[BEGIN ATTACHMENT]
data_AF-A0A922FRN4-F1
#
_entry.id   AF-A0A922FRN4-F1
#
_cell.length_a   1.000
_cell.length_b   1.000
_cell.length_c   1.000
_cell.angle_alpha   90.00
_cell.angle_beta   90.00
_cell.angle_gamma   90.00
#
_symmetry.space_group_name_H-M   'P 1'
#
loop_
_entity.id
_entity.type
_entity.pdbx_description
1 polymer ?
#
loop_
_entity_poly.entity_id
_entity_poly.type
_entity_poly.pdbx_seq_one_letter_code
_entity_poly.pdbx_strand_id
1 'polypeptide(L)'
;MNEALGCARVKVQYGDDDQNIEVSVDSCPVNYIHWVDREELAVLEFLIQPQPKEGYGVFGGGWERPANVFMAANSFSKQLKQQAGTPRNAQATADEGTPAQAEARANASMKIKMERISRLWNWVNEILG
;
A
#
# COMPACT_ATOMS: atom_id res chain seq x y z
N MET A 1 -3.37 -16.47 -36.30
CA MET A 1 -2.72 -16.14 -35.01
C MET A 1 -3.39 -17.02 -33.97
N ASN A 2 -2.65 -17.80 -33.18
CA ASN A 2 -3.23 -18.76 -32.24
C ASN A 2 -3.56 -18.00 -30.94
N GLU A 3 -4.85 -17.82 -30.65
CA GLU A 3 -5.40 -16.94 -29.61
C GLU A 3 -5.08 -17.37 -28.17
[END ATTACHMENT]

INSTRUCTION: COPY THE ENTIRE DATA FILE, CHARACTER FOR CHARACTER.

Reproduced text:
data_AF-A0A922FRN4-F1
#
_entry.id   AF-A0A922FRN4-F1
#
_cell.length_a   1.000
_cell.length_b   1.000
_cell.length_c   1.000
_cell.angle_alpha   90.00
_cell.angle_beta   90.00
_cell.angle_gamma   90.00
#
_symmetry.space_group_name_H-M   'P 1'
#
loop_
_entity.id
_entity.type
_entity.pdbx_description
1 polymer ?
#
loop_
_entity_poly.entity_id
_entity_poly.type
_entity_poly.pdbx_seq_one_letter_code
_entity_poly.pdbx_strand_id
1 'polypeptide(L)'
;MNEALGCARVKVQYGDDDQNIEVSVDSCPVNYIHWVDREELAVLEFLIQPQPKEGYGVFGGGWERPANVFMAANSFSKQLKQQAGTPRNAQATADEGTPAQAEARANASMKIKMERISRLWNWVNEILG
;
A
#
# COMPACT_ATOMS: atom_id res chain seq x y z
N MET A 1 -3.37 -16.47 -36.30
CA MET A 1 -2.72 -16.14 -35.01
C MET A 1 -3.39 -17.02 -33.97
N ASN A 2 -2.65 -17.80 -33.18
CA ASN A 2 -3.23 -18.76 -32.24
C ASN A 2 -3.56 -18.00 -30.94
N GLU A 3 -4.85 -17.82 -30.65
CA GLU A 3 -5.40 -16.94 -29.61
C GLU A 3 -5.08 -17.37 -28.17